I’m sure that right now you’re saying, either aloud and making all your work-mates turn to look at you, or more sensibly, in your head so that nobody knows that you’re not working, “What the heck is Ciceri e Tria??!!!”. Well, that’s what I said when I first heard of these words when we were in Puglia a few weeks ago. Ciceri e tria simply means chickpeas and tagliatelle in the Puglese dialect. I ate it for the first time at a marvelous family-run restaurant in Lecce called Alle Due Corti . Rosalba de Carlo, the matriarch of the family and restaurant founder, oversees all the diners from a table in the corner of the restaurant. You have the feeling that if you don’t eat everything on your plate, she will come over and tell you off. 🙂 The menu there full of traditional Salento dishes. Salento is the stunning region in the “heel of the boot” full of white-sand beaches, and beautiful ancient towns that still have their medieval walls.
Lecce is a beautiful, mainly pedestrian, wonderfully ornate Baroque town. It was founded when the Greeks lived there, so that means a loooong time ago. Around the area there are villages in which they still speak a dialect which is very close to ancient Greek. Amazing that it hasn’t changed over the last thousand-odd years! I say that the town is “mainly pedestrian” as you still have to watch out for the ubiquitous Fiat Pandas driving down “roads” scarcely wide enough for three people to walk abreast in, but mainly it’s a peaceful place to wander around in.
For ciceri e tria you use fresh tagliatelle made without eggs. I’m not sure what would happen if you used tagliatelle with eggs, but it may mess up the important part of the dish in which you fry part of the pasta in olive oil until it’s crispy. I haven’t done a test yet to see what happens if eggs are involved. If anyone tries it, please let me know how it goes! Just an aside here: the fried tagliatelle turn into something a little like chips. Just add a little salt and you have a delicious snack without making the rest of the dish!!
The tagliatelle are easy to make even without a pasta machine and a standing mixer. You just need a bit of muscle to knead the dough (or someone to do it for you!), and a good rolling pin. I used dried chickpeas to make this, but you could cut the process time a lot and use canned ones. Just drop the cooking time you need to make the sauce. Oh, and one more thing about the sauce: go look at the photo at the top of the page, and then remember, it should have MORE broth. I didn’t leave enough of the broth. It still tasted good, but it should be almost “soupy”. Just add more water if the chickpea mixture is drying out while cooking.
Ciceri e tria takes a bit of work to make, but it’s totally worth it! You can make the sauce the day before to cut down some of the labour on the actual day, and just heat it up again before you throw the pasta on to boil. Be courageous, take the bull by the horns, take the plunge, grab the golden ring, or just forget all those metaphors and go try to make it. It’s not as tricky as you think! (Oh, actually I don’t know if the golden ring one is actually a saying, but I like the sound of it!). It’s almost as good as going to Puglia (well, it’s not really but I wanted to make you feel better!).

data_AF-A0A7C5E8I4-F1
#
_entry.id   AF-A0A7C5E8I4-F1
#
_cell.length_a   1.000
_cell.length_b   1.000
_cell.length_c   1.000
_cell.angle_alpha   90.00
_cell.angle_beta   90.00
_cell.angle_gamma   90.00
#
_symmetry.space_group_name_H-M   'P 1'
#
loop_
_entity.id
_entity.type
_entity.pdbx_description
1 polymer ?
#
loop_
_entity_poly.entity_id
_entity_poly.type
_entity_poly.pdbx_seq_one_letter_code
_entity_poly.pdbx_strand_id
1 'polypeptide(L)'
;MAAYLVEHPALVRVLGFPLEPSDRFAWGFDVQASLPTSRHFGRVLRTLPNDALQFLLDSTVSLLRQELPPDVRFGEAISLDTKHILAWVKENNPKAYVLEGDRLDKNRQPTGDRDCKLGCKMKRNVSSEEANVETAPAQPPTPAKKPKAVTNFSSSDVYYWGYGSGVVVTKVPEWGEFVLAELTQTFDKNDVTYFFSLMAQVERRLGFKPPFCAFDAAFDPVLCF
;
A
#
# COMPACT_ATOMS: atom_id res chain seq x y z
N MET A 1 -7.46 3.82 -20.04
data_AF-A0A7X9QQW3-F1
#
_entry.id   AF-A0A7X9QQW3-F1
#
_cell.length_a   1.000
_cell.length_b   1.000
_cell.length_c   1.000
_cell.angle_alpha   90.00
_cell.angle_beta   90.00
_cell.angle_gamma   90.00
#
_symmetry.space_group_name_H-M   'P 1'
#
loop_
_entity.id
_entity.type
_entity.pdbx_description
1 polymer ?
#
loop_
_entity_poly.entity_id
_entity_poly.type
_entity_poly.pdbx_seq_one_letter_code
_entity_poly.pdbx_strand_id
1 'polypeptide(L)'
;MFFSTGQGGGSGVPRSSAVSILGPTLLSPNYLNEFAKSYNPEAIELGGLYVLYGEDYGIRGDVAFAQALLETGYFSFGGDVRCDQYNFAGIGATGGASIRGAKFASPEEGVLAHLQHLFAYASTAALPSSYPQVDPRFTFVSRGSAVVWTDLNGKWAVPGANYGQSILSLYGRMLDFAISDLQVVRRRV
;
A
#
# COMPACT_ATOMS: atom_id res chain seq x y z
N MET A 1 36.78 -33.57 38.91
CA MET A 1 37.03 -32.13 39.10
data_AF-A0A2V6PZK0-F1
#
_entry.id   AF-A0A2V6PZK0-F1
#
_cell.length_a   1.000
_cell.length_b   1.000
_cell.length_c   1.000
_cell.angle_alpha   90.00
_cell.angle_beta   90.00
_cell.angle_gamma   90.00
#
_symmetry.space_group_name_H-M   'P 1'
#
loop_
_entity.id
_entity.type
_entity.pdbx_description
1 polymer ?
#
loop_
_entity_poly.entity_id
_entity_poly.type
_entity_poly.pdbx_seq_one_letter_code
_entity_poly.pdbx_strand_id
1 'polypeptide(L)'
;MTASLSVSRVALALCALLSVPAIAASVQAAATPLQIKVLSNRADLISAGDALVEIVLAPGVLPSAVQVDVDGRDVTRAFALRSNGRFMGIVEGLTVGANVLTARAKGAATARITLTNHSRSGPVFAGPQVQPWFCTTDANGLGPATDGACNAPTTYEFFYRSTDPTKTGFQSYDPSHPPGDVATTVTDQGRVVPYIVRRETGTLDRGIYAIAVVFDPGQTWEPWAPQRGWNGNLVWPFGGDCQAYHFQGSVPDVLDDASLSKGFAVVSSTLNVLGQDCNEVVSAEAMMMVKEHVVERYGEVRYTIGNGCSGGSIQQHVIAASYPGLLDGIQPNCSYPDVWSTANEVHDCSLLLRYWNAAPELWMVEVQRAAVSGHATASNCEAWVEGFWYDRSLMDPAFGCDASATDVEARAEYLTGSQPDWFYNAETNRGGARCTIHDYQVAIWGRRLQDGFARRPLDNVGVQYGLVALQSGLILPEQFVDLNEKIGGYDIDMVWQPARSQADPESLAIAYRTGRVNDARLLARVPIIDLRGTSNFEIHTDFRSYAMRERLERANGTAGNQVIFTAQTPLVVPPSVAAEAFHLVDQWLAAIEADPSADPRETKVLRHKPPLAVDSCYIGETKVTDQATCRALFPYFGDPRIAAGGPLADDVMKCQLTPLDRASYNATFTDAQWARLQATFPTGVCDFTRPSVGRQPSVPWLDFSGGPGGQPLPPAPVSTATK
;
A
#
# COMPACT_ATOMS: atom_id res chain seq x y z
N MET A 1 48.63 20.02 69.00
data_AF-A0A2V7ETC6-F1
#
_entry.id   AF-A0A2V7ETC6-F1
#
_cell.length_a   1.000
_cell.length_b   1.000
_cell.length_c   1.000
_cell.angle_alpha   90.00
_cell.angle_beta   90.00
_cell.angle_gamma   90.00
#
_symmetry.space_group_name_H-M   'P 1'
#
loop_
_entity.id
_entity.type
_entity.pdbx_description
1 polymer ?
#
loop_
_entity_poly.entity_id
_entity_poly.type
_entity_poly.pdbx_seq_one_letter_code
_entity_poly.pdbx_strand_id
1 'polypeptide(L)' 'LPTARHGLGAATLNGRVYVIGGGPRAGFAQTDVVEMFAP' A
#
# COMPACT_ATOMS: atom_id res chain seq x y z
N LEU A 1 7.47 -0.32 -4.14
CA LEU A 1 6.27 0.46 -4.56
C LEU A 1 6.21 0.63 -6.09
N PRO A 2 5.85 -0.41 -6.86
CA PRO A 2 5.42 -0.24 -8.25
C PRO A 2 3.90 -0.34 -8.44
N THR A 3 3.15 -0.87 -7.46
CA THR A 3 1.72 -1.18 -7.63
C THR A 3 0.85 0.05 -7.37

By Lisa Watson
- 200 g 7oz All-purpose flour
- 200 g 7oz Durum wheat flour
- 1/2 tsp Salt
- 200 ml 4/5 cup Water
- 300 g 2 cups Dried chickpeas
- 1 Onion
- 1 Carrot
- 1 stalk Celery
- 1 medium – large Tomato
- to taste Salt and pepper
The night before:
- Put the chickpeas in a large bowl filled with water and leave them to soak overnight.
- On the day:
- Peel the carrot and onion. Chop them into small pieces.
- Slice the celery stalk. Chop the tomato.
- Put all the vegetables in a large pot. Drain the chickpeas and add them as well. Cover with fresh water.
- Bring the mixture to the boil and scrape off any foam with a spoon.
- Lower the heat and leave to simmer until the chickpeas are tender, but not mushy. This can take anywhere from 30 minutes to an hour depending on their age. Stir every so often and check the water level isn’t dropping too much.
- Add about 1 tsp of salt in the last few minutes of the cooking.
- Combine the flours and salt in the standing mixer (or on a clean kitchen benchtop).
- As the flours are being mixed add the water in a steady, slow stream until it becomes incorporated into the mixture (or try to knead the dough by hand and add a steady stream of water at the same time. You may need an assistant for this one!).
- Take the dough out of the standing mixer and continue to knead it by hand for 15 minutes until the dough becomes elastic and smooth.
- Wrap the dough in plastic wrap and leave it to rest for 30 minutes.
- Make tagliatelle with your pasta maker, or roll the dough out with a rolling pin until it is quite thin, then cut it into long narrow strips.
- Sprinkle flour all over the pasta so that it doesn’t stick together and leave it on a tray covered with a tea-towel until ready to use.
- Boil a large pot of salted water. While it is coming to the boil, heat a few Tbsp of olive oil in a frying pan. Fry about a quarter of the pasta in the oil until it is brown and crispy. Keep a close eye on it, as it can burn quickly.
- When the water is boiling, add the rest of the pasta to the water and cook for 1 -2 minutes. Drain it and add it to the chickpea mixture. Add the fried pasta and mix it all together.
- Now, enjoy it! you’ve earned it after all that work!!